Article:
Airgun World - - Contents -

What do you want from your next air ri­fle? If the an­swer to that seem­ingly sim­ple ques­tion is, ‘some­thing grace­ful, clas­si­cally sport­ing, un­der­stated and ele­gant’, well you can look away now. If, how­ever, your wish list reads, ‘a to­tally prac­ti­cal, af­ford­able, top­per­form­ing, multi-shot, PCP sporter, with loads of shots per charge and great ac­cu­racy’, you’ve def­i­nitely landed on the right re­view. In fact, I’ll be­gin my study of the Turk­ish made, sidelever-ac­ti­vated, Kral Arms Puncher Jumbo with the kind of state­ment I usu­ally save for the con­clu­sion, and de­clare right now that this ri­fle has caused a few shocks for me, and ev­ery­one I’ve shown it to.


Those shocks, and I’m talk­ing gen­uine, eye­brow-rais­ing, head-shak­ing sur­prise, here, came from sev­eral di­rec­tions, the first of these be­ing the Jumbo’s weight and bal­ance. Ba­si­cally, it’s way lighter in the hand than it ap­pears to the eye. The scales told me the .177 cal­i­bre test ex­am­ple weighs 7.8lbs, with­out a scope, but it feels sig­nif­i­cantly lighter, es­pe­cially in the shoul­der, and it looked a min­i­mum of two pounds heav­ier when I first lifted the lid on the supplied padded hard case.

A closer look ex­plained things, as I stud­ied the amount of solid met­al­work ver­sus the Jumbo’s ‘re­lieved’ sec­tions. The 18.5-inch bar­rel is shrouded and much of the wal­nut stock is hol­low. Then, the weight of the al­loy block and the solid sec­tions of tim­ber at the butt and grip are po­si­tioned di­rectly be­hind the ri­fle’s nat­u­ral bal­ance point, propped com­fort­ably in the shoul­der, which makes it eas­ier to hold the Kral on aim for those es­sen­tial few sec­onds.


The next sur­prise came cour­tesy of the test tar­gets. For once, I was blessed with near-still con­di­tions and the .177 Jumbo took full ad­van­tage of them. I was a tad miffed when I couldn’t beat the ‘cut out and keep’ stan­dard, 22mm di­am­e­ter, five-shot group at 48 yards, put in by my mate, Steve, but ev­ery dog has its day … es­pe­cially the flukey ones, it seems. When Steve had left, tak­ing his ‘I beat Terry’ group with him, the saddo, I set­tled into a se­ri­ous ac­cu­racy-test­ing ses­sion and stamped out group af­ter group, us­ing Air Arms Di­abolo Field, straight from the tin. At 35 yards, I ‘Punchered’ those tar­get cards, time af­ter time, with the av­er­age group size an ef­fort­less 14mm. Oth­ers mir­rored my re­sults, and as I say, they were as pleas­antly shocked as I was.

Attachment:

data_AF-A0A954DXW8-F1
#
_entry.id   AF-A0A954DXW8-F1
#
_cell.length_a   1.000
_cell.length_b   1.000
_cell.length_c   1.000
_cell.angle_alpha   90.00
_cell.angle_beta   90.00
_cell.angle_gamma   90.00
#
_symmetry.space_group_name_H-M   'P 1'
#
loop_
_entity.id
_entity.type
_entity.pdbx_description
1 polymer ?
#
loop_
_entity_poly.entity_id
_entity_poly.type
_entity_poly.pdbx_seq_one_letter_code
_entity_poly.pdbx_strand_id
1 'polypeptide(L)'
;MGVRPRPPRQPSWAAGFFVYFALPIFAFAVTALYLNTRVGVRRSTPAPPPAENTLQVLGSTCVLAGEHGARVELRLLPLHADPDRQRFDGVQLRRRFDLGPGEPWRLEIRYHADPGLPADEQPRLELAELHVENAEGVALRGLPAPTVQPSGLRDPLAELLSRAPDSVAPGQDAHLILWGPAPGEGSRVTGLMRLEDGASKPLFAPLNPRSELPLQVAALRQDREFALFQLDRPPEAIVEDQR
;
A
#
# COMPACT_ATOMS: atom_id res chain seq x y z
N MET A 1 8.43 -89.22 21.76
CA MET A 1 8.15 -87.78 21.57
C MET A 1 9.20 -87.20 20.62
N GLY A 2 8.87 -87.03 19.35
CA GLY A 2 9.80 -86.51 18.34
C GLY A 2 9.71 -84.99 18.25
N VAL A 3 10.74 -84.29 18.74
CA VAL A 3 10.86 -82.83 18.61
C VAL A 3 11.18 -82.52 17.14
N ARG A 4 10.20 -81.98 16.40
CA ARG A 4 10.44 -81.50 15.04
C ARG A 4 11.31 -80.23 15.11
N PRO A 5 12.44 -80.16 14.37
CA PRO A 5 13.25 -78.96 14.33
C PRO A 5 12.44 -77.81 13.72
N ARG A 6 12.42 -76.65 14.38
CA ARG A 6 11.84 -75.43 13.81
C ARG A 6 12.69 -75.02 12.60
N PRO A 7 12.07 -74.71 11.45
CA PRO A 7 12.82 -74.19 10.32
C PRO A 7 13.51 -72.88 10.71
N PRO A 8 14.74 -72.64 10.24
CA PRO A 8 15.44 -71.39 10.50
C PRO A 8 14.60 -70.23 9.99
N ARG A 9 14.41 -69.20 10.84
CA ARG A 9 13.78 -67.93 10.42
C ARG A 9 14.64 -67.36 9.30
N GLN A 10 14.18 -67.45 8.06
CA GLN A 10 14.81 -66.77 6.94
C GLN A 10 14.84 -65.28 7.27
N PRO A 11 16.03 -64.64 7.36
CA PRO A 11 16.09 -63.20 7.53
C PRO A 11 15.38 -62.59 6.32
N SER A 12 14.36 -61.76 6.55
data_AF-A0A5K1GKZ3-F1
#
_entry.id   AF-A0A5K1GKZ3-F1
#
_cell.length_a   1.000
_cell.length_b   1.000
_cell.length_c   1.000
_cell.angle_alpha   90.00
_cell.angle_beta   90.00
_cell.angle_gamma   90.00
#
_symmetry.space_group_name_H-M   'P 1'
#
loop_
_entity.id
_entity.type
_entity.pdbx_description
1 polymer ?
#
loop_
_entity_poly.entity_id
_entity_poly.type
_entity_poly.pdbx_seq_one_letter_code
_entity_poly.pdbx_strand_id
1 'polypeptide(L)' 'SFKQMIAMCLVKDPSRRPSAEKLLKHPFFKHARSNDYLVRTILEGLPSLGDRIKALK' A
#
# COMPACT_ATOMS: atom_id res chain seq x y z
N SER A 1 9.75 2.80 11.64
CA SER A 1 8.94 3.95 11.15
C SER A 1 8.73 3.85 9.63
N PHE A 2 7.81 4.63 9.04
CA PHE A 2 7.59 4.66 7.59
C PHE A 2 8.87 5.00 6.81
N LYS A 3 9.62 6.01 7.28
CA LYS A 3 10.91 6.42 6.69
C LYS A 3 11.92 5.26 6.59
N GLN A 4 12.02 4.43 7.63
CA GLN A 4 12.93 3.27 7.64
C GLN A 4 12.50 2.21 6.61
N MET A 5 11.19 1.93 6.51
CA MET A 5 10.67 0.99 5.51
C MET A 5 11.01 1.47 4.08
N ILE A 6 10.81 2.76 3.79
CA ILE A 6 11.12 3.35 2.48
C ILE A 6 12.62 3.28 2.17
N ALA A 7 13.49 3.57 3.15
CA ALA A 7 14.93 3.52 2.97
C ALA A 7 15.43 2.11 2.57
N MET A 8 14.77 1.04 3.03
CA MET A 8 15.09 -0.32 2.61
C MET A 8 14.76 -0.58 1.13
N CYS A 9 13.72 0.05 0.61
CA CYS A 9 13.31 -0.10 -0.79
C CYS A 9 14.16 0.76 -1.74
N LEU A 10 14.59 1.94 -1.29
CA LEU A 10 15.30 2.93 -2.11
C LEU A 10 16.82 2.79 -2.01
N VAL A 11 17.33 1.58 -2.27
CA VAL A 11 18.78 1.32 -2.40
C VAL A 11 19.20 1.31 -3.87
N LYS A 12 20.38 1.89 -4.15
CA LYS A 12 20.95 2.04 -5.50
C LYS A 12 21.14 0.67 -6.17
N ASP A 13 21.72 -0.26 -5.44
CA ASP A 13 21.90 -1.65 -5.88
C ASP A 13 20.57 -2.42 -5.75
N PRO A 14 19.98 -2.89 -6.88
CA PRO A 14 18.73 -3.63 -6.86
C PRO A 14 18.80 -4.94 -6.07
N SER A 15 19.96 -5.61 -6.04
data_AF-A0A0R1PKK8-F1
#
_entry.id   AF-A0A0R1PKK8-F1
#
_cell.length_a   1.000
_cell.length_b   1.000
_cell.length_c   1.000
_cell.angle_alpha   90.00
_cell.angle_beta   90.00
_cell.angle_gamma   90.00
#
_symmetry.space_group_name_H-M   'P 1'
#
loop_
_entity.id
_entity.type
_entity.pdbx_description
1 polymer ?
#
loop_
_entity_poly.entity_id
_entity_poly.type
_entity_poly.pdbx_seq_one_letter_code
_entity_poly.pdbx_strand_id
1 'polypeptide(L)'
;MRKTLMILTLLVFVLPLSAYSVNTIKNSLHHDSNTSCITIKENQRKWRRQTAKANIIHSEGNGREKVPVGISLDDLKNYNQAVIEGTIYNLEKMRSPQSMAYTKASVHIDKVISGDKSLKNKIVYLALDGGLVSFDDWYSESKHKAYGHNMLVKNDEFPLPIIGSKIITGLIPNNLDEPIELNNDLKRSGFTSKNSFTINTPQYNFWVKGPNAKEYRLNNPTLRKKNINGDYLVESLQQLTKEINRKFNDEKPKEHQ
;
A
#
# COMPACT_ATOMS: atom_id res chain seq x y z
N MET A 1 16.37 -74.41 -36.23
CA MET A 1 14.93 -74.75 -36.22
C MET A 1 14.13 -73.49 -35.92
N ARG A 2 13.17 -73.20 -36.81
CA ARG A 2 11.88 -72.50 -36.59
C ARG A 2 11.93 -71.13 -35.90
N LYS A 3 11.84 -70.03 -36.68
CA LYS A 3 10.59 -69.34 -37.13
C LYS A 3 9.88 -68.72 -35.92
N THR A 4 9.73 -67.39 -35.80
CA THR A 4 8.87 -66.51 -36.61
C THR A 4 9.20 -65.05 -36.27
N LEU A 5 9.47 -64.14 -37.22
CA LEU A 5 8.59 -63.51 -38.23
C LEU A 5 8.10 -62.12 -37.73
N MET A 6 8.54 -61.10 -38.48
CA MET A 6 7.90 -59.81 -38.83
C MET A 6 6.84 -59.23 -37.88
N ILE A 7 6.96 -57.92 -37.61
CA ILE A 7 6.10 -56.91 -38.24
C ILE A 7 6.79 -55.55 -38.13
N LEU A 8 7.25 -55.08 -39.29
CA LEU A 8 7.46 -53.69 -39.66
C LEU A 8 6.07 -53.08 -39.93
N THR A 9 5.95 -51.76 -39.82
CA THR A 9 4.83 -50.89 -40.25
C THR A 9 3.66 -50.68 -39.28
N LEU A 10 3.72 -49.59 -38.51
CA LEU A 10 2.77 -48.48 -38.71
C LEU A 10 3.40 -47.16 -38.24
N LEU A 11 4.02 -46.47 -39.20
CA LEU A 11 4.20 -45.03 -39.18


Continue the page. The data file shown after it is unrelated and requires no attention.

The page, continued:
The price. Once the first cou­ple of sur­prises had reg­is­tered, the Jumbo’s £500 price tag pro­vided the next one. Again came the head shak­ing, the arched eye­brows and the ex­cla­ma­tions of ‘blimey’, and other, more ro­bust, re­ac­tions. Just as the Kral looks heav­ier than it is, it looks far more ex­pen­sive, too. The oil-fin­ished, Turk­ish thumb­hole wal­nut stock con­trib­utes to that, of course, but the over­all qual­ity of the Jumbo cer­tainly plays its part, too.

That am­bidex­trous stock is a high-qual­ity item in its own right, ac­tu­ally, with its ar­ray of finely stip­pled scoops and con­tours around the grip and fore end base, that scope-height cheek piece with its an­gled comb, and the thick, ven­ti­lated rub­ber butt pad. In an ideal world, per­haps the pad and cheek piece would be ad­justable, but for this price, and con­sid­er­ing the per­for­mance on of­fer, there may well be room for a post-pro­duc­tion up­grade or two. I can al­ready as­sure you that this ri­fle de­serves ev­ery en­hance­ment pos­si­ble. That would in­clude re­plac­ing the stan­dard air reser­voir bot­tle with a car­bon-fi­bre ver­sion. I haven’t a clue if such an up­grade is even pos­si­ble, but I think Kral should think se­ri­ously about of­fer­ing this as an op­tion.


Let’s get back to the ba­sics of the Kral Puncher Jumbo, with a look at its shot ca­pac­ity. The ri­fle’s charg­ing pres­sure is a fa­mil­iar 200 bar – there’s an on-board pres­sure gauge to help mon­i­tor your air re­serves - and from its 425cc buddy bot­tle, you can ex­pect around 300 shots in .22 and 260 in .177, cour­tesy of Kral’s time-served, un­reg­u­lated ac­tion, which has so far re­turned an av­er­age vari­a­tion of 16 f.p.s. over the first 50 shots.

In ad­di­tion to of­fer­ing stan­dard 11mm scope mount­ing rails and the Pi­catinny op­tion, the Jumbo has a power ad­just­ment fa­cil­ity, al­beit de­signed mainly for this ri­fle’s cer­tifi­cated, high-power op­tion. At le­gal limit set­tings, the ‘power dial’ pro­vides a muz­zle en­ergy range from 9 to 11.7 ft.lbs, which trans­lates to 8 to 28 ft.lbs. in FAC .22. Def­i­nitely use­ful at on-ticket spec’, but not uni­ver­sally so at sub-12, it has to be said.

The push-fit charg­ing adap­tor can be a tad fid­dly to con­nect, and the air in­let port should have a cover of some sort to pre­vent con­tam­i­na­tion. Grit and dust re­spect no PCP, re­gard­less of price, so if you buy any air­gun with an un­pro­tected charg­ing port, you’ll need to im­pro­vise, and as soon as pos­si­ble. My lat­est con­tact with sup­pli­ers, Range Right, con­firmed that valve cover op­tions are al­ready be­ing pro­duced, so res­o­lu­tion should be close at hand.


The Jumbo’s side-lever ac­tion isn’t as slick and ef­fort­less as some­thing elec­tronic, or the ‘me­chan­i­cal’ top guns, but ev­ery­thing does what it should in a strain-free, spring-as­sisted

There’s a whole lot of ri­fle on of­fer, here, and it comes at a price that will al­low air­gun­ners to take the PCP route for the first time. This is an im­por­tant air­gun.

All stan­dard with the Kral Jumbo.

In its el­e­ment. This is a work­ing sporter and it’s go­ing to sell in sig­nif­i­cant num­bers.

Kral pro­vides the op­tion of 11mm and Pi­catinny rails.

High-qual­ity stip­pling, an on-board pres­sure gauge and an in­let valve port cry­ing out for a cover.

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